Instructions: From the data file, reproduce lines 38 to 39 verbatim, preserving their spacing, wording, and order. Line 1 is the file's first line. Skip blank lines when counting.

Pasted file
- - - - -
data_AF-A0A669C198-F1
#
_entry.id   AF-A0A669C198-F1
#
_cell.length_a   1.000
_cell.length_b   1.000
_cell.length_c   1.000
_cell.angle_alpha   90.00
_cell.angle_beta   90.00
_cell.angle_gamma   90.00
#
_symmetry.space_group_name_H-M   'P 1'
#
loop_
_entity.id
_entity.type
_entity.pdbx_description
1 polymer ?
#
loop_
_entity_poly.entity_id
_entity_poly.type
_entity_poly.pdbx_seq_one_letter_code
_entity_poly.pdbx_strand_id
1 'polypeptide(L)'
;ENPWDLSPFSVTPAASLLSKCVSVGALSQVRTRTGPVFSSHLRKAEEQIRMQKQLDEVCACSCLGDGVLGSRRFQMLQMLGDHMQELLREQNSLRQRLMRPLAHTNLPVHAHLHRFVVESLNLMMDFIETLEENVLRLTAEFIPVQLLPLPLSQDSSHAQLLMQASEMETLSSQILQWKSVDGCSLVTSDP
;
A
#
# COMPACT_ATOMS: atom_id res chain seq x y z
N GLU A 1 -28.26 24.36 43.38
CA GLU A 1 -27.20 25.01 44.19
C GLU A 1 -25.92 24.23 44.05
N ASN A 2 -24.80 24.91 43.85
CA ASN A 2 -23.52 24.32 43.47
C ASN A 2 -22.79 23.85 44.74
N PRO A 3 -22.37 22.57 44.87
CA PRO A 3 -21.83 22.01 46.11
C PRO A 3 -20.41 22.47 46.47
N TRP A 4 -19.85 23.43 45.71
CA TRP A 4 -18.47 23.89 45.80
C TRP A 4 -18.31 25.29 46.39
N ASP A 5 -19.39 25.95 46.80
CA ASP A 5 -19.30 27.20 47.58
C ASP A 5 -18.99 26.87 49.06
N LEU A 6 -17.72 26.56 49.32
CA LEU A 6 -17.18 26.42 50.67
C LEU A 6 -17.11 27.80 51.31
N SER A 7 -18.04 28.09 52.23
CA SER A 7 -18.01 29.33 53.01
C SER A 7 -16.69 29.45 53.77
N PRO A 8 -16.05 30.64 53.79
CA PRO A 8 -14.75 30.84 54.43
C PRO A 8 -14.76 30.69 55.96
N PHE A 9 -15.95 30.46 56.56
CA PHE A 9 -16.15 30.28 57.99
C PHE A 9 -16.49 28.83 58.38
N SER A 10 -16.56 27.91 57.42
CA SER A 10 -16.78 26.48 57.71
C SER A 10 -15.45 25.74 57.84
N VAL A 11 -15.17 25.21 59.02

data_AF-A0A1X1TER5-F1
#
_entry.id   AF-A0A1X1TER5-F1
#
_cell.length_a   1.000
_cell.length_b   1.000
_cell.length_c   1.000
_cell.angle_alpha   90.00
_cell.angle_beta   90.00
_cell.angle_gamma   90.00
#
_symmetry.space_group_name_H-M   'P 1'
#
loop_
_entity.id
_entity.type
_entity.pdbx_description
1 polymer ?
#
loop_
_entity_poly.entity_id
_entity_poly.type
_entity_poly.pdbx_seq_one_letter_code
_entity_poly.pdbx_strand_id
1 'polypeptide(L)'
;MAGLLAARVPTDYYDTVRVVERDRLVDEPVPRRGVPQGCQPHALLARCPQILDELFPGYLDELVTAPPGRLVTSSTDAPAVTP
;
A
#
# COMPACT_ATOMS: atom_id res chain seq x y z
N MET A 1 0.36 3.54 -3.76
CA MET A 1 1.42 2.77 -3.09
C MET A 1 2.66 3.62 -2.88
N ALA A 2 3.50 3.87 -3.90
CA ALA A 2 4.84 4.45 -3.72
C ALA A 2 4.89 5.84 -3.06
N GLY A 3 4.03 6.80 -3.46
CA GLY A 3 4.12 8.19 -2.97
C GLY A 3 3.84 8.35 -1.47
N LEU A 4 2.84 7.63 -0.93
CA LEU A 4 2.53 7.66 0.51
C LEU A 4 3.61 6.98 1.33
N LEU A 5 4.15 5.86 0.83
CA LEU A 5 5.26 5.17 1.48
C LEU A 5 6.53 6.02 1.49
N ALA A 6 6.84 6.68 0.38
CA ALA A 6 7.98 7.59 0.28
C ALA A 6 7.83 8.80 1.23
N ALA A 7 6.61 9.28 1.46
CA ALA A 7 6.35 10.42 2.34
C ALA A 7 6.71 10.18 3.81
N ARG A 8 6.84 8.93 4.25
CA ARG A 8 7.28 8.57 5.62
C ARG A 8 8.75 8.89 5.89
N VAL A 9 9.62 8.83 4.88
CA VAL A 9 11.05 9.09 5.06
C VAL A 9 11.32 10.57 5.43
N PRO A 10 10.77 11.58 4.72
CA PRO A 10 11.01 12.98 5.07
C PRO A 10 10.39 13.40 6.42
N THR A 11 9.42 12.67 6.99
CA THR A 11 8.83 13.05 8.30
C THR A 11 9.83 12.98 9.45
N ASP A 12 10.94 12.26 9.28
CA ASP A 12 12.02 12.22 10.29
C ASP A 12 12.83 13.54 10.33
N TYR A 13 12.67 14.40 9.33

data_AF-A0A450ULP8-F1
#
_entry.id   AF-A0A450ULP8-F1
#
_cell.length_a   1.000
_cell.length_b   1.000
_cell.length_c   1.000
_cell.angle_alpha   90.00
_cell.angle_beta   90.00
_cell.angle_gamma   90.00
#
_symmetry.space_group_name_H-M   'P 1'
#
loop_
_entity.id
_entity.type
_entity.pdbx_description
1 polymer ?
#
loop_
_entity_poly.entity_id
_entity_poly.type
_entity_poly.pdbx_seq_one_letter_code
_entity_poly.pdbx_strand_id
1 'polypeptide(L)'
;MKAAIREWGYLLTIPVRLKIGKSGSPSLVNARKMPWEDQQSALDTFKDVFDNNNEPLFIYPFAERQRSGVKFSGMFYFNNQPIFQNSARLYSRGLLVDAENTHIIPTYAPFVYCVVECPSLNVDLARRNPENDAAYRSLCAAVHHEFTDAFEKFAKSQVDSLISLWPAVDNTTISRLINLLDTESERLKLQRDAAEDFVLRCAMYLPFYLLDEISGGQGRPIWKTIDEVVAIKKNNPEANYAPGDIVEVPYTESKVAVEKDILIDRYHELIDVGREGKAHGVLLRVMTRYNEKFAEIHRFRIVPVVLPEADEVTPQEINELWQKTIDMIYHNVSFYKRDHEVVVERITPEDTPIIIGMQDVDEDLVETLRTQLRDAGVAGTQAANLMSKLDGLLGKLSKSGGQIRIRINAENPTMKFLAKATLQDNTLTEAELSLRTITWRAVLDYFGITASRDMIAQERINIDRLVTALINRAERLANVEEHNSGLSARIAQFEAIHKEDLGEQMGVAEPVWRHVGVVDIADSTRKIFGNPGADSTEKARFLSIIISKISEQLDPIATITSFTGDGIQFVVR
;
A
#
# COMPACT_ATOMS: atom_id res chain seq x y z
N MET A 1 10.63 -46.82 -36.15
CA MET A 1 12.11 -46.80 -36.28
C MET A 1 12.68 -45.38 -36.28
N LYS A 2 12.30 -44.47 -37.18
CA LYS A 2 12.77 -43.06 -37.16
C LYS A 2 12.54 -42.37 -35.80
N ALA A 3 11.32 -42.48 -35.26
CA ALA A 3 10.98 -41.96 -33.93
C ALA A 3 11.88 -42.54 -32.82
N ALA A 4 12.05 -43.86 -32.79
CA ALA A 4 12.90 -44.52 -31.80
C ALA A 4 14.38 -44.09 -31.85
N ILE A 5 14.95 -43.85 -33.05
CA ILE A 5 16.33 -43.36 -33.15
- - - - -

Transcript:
CA PRO A 3 -21.83 22.01 46.11
C PRO A 3 -20.41 22.47 46.47